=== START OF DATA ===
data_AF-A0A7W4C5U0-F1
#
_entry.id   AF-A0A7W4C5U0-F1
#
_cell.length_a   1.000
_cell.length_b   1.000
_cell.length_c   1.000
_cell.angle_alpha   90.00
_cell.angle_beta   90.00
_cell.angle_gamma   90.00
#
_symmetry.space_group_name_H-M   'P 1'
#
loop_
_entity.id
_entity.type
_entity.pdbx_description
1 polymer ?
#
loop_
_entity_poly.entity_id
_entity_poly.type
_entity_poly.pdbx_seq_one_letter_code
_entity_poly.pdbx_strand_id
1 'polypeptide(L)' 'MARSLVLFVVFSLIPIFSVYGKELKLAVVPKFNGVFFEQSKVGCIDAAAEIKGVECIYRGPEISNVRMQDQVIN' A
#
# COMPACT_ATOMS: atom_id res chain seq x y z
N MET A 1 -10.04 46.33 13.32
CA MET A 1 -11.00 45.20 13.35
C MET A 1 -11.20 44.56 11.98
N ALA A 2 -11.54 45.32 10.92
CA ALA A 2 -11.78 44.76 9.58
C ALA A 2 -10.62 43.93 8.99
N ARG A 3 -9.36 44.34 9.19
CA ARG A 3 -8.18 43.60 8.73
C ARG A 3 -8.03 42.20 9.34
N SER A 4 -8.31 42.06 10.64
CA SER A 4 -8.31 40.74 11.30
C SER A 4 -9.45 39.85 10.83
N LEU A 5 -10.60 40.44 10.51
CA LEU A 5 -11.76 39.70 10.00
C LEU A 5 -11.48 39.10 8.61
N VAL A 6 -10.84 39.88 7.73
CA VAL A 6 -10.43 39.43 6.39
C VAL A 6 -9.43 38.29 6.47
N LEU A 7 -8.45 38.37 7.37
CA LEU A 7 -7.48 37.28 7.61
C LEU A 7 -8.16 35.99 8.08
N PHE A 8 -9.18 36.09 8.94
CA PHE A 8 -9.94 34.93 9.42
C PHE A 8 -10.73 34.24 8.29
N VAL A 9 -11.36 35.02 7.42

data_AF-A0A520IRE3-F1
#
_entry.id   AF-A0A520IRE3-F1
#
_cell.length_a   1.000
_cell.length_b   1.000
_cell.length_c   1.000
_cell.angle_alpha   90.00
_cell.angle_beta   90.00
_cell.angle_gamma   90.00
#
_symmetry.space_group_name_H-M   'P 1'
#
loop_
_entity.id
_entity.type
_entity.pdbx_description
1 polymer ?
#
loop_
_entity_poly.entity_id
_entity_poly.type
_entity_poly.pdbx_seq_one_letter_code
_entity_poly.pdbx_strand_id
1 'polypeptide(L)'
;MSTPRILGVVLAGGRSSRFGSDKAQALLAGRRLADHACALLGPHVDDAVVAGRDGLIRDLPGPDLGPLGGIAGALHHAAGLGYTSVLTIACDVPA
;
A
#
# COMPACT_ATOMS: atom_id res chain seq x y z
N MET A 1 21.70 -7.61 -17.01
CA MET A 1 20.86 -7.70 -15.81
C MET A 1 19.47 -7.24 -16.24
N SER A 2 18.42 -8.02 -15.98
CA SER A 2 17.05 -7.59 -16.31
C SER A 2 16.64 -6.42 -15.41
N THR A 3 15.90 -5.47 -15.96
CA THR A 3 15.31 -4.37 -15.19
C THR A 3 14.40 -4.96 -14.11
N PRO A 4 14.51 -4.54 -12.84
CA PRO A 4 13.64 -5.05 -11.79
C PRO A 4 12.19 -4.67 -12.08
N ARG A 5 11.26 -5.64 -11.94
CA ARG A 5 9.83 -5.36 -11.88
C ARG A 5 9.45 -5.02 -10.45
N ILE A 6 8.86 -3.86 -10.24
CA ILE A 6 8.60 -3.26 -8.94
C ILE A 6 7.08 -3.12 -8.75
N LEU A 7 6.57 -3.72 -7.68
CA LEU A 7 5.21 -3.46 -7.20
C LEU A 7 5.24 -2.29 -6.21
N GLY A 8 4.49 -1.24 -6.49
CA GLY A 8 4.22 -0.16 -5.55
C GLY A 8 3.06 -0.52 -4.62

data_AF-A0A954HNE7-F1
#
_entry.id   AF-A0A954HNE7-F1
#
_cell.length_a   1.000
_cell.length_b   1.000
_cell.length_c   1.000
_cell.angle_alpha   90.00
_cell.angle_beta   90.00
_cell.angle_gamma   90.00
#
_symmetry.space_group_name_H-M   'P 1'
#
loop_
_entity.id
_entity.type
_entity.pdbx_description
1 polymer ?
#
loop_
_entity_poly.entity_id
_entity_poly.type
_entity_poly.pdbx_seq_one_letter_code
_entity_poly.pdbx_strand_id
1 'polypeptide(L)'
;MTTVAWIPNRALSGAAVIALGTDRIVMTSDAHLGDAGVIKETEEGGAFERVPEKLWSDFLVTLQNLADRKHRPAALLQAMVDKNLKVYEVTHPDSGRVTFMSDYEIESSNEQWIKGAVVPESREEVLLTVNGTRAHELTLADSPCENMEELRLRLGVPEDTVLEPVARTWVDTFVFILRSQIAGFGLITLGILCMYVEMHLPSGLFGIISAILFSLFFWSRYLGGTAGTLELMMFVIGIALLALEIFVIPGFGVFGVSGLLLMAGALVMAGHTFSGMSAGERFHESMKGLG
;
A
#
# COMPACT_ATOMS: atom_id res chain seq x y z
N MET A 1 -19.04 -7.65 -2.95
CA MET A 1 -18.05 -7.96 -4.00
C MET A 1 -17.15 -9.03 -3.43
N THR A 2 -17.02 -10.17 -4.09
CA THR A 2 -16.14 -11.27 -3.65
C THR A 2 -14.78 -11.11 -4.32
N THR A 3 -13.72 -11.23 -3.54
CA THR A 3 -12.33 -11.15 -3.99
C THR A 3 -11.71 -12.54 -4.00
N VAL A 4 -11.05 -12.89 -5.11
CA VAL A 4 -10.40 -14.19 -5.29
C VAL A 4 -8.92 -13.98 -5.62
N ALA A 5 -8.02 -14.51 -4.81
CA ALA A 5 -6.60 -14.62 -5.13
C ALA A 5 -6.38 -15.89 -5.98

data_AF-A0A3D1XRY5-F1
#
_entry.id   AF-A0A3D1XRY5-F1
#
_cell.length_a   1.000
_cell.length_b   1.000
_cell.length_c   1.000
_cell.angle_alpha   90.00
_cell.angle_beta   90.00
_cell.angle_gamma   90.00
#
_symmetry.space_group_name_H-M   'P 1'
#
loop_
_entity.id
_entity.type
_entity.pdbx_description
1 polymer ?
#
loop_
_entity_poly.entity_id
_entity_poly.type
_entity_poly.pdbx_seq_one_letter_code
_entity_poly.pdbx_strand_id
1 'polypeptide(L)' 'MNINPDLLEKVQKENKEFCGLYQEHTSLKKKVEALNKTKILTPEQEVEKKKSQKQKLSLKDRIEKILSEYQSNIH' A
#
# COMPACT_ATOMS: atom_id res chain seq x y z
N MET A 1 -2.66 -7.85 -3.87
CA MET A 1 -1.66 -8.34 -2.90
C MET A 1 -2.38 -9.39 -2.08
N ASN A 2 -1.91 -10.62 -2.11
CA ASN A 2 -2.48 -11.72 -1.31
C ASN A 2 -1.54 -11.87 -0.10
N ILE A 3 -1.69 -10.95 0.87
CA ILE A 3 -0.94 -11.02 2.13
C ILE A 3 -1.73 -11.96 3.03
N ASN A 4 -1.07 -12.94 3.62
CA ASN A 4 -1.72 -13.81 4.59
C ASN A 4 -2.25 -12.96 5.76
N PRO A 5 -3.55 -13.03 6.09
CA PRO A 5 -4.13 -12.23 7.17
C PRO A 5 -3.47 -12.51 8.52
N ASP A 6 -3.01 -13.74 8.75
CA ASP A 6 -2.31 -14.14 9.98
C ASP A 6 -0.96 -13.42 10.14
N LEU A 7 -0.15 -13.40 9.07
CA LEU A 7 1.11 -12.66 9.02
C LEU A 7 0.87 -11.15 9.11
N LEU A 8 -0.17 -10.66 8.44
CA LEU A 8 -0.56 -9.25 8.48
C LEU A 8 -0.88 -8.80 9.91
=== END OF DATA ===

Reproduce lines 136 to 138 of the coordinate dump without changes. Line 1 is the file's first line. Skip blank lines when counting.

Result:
# COMPACT_ATOMS: atom_id res chain seq x y z
N MET A 1 -19.04 -7.65 -2.95
CA MET A 1 -18.05 -7.96 -4.00